• Creative solutions with alternatives, which helps frame the conversation or debate from a “yes or no” approval exercise to a choice-making exercise.
• Clearly defined consequences to the community and the organization. What is the decision? What does the approval actually mean?
• Implementation with actions and clearly defined roles and responsibilities. Commitment will be crucial.
3. Community Collaboration over a Siloed Approach
When was the last time (or ever?) has your organization or team tackled a complex issue on its own? This is what a strategy is supposed to be: coordination and consistency. Local governments play an integral role in building our community. Depending on the issue, the role would vary. It is okay for us to collaborate, to support, and to enable by focusing on shared outcomes and on where we can add the most value. Sometimes, simply understanding the issue takes multiple perspectives.
4. Responding to Change over Sticking to the Plan
The last principle is pretty self-evident. The pandemic has changed how we live, work, and play. It would be impossible for any plan to move forward without considering the pandemic’s impact on the organization and the community. In fact, the world is connected and change is constant; thus, the need to respond to change is ongoing.
To adopt the Agile approach (Figure 2) in your organization, I would like to present three suggestions:
Your staff is working with community partners to understand and address the complex issues facing your community. They value every opportunity to learn and continue to build on previous conversations. They understand the rigor of a working strategy and leverage an evidence-based approach to address each of the elements. How does this sound to you? How much confidence would the council and the community have on your organization?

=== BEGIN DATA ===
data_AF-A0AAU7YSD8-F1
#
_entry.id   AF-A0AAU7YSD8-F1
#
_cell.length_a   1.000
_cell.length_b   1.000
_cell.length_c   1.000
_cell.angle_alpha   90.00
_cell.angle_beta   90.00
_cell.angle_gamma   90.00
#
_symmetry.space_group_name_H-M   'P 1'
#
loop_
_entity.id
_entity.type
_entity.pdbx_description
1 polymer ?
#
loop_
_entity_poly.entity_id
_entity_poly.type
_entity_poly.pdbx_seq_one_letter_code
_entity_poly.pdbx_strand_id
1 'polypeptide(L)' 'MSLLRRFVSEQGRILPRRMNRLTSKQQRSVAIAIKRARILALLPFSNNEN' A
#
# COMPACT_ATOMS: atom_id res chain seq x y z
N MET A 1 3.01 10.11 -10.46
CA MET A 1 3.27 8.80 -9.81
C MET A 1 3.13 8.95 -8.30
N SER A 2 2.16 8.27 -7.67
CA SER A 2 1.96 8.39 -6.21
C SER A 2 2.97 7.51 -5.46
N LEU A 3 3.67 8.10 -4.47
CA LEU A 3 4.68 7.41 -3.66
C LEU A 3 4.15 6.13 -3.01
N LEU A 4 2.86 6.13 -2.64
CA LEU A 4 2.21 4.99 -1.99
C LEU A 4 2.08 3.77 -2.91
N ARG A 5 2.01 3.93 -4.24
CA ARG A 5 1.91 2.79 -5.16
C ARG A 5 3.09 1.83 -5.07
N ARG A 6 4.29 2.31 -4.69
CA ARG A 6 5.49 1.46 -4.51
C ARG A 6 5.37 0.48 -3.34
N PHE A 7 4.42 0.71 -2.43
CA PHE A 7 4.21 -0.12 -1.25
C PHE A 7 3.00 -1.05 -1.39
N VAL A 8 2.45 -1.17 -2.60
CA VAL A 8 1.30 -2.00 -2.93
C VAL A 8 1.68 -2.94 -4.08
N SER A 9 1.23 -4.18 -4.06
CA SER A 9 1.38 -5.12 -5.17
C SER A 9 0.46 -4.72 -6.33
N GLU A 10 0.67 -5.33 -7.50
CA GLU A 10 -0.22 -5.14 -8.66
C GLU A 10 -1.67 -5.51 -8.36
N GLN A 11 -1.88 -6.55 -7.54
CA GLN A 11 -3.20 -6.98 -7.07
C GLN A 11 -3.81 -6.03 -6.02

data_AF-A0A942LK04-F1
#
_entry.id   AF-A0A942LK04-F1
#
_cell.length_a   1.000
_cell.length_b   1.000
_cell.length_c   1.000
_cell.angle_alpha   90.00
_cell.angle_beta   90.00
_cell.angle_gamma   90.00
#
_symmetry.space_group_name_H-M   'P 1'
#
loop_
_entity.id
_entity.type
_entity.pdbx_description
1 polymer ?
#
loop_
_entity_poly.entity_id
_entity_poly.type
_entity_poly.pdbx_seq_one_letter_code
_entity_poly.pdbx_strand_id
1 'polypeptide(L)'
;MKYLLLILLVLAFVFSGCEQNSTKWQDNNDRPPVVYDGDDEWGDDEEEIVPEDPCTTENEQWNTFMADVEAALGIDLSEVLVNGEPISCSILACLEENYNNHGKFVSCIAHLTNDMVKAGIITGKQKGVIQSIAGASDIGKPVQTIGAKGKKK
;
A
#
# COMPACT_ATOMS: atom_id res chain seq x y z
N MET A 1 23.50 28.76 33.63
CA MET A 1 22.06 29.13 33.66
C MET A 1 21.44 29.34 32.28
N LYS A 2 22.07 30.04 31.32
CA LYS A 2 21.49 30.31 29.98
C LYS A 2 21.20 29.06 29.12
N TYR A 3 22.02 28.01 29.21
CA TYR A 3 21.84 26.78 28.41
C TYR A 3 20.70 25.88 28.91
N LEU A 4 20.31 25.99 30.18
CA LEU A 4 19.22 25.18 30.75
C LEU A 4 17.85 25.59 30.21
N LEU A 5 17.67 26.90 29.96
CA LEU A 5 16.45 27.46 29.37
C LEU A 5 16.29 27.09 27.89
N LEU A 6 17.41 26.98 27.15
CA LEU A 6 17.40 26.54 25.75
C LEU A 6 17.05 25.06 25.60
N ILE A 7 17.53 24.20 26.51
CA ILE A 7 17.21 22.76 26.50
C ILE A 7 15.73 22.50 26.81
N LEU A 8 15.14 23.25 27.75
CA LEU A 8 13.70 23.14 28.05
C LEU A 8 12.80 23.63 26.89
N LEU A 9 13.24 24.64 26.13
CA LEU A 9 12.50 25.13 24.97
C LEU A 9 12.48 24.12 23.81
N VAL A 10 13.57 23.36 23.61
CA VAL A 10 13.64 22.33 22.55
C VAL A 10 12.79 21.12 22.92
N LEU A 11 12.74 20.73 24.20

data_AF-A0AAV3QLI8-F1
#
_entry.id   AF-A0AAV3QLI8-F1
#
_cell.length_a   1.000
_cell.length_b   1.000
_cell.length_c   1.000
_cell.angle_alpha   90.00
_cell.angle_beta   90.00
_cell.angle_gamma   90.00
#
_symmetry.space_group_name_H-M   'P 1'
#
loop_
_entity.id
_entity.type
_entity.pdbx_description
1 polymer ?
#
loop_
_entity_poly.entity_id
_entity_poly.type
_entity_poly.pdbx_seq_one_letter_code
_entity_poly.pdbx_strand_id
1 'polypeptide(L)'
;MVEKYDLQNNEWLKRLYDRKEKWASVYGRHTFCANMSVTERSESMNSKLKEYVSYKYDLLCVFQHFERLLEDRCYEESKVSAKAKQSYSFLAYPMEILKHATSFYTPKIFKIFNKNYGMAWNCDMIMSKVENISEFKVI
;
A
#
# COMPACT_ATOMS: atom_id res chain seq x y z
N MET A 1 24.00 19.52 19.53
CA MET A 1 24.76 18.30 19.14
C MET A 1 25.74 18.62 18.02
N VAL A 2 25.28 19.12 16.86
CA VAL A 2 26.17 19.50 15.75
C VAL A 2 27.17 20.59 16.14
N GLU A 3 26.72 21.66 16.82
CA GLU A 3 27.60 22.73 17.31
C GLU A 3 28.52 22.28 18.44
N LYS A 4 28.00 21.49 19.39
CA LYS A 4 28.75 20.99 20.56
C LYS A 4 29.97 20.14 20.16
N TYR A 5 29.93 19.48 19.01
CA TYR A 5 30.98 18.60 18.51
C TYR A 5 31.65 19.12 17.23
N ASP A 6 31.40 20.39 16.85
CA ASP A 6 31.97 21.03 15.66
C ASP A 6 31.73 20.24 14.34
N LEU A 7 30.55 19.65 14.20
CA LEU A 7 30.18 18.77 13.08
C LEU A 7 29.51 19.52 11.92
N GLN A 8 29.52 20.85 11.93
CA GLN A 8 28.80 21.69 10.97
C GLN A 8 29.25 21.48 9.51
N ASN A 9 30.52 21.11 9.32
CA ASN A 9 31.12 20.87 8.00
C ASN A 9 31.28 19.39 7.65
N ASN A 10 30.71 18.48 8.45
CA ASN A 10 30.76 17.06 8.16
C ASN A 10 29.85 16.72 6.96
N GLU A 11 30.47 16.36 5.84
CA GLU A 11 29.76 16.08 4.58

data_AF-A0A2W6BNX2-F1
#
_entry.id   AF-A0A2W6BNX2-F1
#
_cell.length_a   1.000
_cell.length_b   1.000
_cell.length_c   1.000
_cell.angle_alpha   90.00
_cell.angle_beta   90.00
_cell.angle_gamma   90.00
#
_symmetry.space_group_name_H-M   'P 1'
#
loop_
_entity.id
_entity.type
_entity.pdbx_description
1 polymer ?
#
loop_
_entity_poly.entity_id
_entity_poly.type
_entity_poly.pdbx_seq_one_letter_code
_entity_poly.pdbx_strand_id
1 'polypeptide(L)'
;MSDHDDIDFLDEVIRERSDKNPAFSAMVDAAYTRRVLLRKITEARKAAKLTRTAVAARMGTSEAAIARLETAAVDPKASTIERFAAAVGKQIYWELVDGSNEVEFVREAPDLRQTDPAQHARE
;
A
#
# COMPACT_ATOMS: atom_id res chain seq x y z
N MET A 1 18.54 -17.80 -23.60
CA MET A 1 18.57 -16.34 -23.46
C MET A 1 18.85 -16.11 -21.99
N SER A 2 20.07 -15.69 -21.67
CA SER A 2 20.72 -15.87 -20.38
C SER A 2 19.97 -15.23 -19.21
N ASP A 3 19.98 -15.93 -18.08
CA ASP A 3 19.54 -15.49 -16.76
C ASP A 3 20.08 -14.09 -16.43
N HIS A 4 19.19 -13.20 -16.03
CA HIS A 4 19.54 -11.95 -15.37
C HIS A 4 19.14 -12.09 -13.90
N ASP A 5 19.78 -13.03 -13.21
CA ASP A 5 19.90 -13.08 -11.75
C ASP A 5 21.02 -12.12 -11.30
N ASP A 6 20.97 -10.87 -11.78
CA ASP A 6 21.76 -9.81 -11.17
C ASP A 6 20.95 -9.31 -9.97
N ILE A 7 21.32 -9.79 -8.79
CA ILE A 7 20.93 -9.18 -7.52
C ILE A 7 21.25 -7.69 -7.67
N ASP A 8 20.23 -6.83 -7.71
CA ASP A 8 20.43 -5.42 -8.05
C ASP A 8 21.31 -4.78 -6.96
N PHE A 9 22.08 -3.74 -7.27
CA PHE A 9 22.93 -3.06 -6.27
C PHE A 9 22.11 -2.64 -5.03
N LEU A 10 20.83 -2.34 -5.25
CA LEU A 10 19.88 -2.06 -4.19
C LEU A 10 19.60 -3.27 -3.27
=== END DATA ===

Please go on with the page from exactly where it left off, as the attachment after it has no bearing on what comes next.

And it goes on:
Well, Rome wasn’t built in a day. It takes time to develop the organization and the staff. This is why capacity building matters. As a manager, it would be essential for you to articulate expectations, delegate ownership of the work and provide resources, and continue to do so over time. Outside the administration, help the council think and act more strategically.3
Ongoing Customer Insight and Environmental Scanning
Let’s look again at the example timeline at the beginning of the article. An extraordinary amount of time and effort was spent gathering community input and research (between May 2015 and October 2017) and yet the information can quickly become obsolete in the face of uncertainty and volatility. This is where being agile can make a difference. Instead of having to conduct a one-time and in-depth engagement and research, ongoing customer insight and environmental scanning can help provide more current and sometimes even more accurate information.4 This information can be collected through multiple means:
Satisfaction survey. Does your or any organization provide services related to the issue that the strategy is set to address? If so, a satisfaction survey may suit your needs. Satisfaction surveys provide a measurement of usage and experience regarding the services provided, and can help uncover opportunities for improvement.5
Journey map. A journey map is a complete visual process from a customer’s perspective of their engagement related to the issue. Studying their interactions around the engagement points helps understand their behaviours and ultimately their needs and wants.